What activities can we use in order to help our students revise and consolidate their knowledge of various phrasal verbs? Keep reading to discover my 5 activity ideas.
This year I am once again teaching from Close Up, an excellent coursebook published by National Geographic Learning. I enjoy using this series as the vocabulary each chapter offers is varied, relevant, and, to a large extent, not usually encountered in coursebooks. There around 8 new phrasal verbs per unit, which poses a considerable challenge for to a lot of my teenage students. Luckily, I think that phrasal verbs really lend themselves to a number of activities that go beyond gap filling.
All the ideas below are meant as the second and all the subsequent times our students deal with a given set of phrasal verbs. The objective in each case to expose the learners to a different way in which they are supposed to deal with the target phrasal verbs. The activities vary from passive to more active ones, from imitative to creative, from literal to more abstract. Feel free to choose the ones you feel your students would benefit from the most.
Idea #1: Substitution
For this activity, you should write a text where target phrasal verbs are substituted by their regular equivalents.
Your students’ task is to match phrasal verbs with their equivalents. To perform successfully here students need to be aware of the meaning and context. To add extra spice, you might decide that phrasal verbs need to be used in different tense forms.
The activity might look something like this.
Idea #2: Substitution (created by students)
This activity works the same as the one above but for the fact that it is your students who need to come up with the initial text. Once they are ready, they can exchange their tasks with a partner. This engages the students in a more complicated decoding process and cuts your preparation time in half (if not more). Two birds, one stone.
Idea #3: Photo association
This is one of the more abstract ideas here but I have tried with both my teenage and adult students and saw them get into it.
For this activity, you are going to need a ppt presentation. On each slide put an image that somehow represents the phrasal verb. Your students have to guess each phrasal verb and write their answer in their notebook or on a mini whiteboard. After you check the answers you might use the ppt to play a lighting round kind of a game where you show the images in random order to different students and they have to say the phrasal verb out loud.
Here is the presentation I made when we were talking about phrasal verbs connected with eating and cooking. Can you guess any?
Possible follow up ideas:
- students select images for different phrasal verbs they have learned
- ask the students to write sentences about the images using phrasal verbs
- students pose for photos that would illustrate the phrasal verbs so that you can have photos to use for your next ppt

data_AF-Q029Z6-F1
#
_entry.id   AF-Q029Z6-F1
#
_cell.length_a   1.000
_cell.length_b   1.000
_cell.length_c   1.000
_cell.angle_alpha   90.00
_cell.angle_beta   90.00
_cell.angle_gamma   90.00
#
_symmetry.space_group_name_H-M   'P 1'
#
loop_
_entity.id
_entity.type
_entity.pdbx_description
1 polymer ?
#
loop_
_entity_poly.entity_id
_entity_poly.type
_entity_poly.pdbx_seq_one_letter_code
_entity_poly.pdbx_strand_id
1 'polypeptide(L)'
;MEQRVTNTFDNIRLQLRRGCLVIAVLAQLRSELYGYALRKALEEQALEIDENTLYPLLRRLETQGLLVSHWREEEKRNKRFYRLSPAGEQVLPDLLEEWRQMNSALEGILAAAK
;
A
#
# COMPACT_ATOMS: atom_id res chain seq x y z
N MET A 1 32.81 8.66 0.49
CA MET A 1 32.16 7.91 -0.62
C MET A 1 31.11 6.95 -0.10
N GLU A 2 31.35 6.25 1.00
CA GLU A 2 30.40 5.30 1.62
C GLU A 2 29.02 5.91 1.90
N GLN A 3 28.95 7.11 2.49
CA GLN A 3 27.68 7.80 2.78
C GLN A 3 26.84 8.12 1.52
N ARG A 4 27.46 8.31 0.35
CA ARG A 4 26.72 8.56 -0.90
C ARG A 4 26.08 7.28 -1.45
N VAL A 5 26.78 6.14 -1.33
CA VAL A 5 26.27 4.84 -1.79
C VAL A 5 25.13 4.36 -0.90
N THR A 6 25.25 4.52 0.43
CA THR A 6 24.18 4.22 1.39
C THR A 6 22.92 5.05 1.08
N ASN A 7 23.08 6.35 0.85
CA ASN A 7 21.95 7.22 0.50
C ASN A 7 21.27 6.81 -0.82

Idea #4: Questions and answers
This is an activity I have tried with a lot of new language items lately and I have found it quite challenging for my students.
The premise is simple: students have to write questions that can be answered using target phrasal verbs
Example: What did you do last night after going to the gym? I pigged out on a giant plate of chicken nuggets / I polished off a giant pizza / I snacked on some celery sticks.
The beauty of this exercise lies in the fact that there are barely any wrong answers, however, you might ask your students to come up with questions that force a more precise answer. Another perk of this activity is that it revises question forms which is something a lot of students struggle with (could it be because they are used to us, teachers, asking the questions?)
Once you have a bunch of questions written by students you might:
- use them to play a game in teams (read the question out loud, the teams who haven’t written it might signal their readiness to answer, the author of the question might judge how close to intended the answer is, and award the points)
- ask students to interview each other and note down each others’ answers to then retell it to the whole class/another pair of students
Idea #5: Draw/Mime/Define.
This old reliable works like a charm with phrasal verbs.
Here is what you need: pieces of paper, plastic containers, dice.
Ask the students to prepare small pieces of paper with phrasal verbs they remember from the last unit/last two units. It is OK if the same phrasal verb appears more than once. Collect the pieces of paper, put them in a container/containers if you teach a bigger group.
Students play in pairs or small groups. Each pair or group receive a container filled with phrasal verbs.
Demonstrate how the game works. Draw a piece of paper from the container, read your phrasal verb, keep it to yourself. Then, roll the dice:
1,2 = you need to draw the phrasal verb
3,4 = you need to mime the phrasal verb
5,6 = you need to define the phrasal verb
Keep this written on the board for your students to see.
If the partner/team guess the phrasal verb correctly, they get a point. Whoever ends up with the most points at the end of the game, wins.
This game is fast-paced, dynamic, fun, and offers each student an opportunity to engage with their phrasal verb in a different way.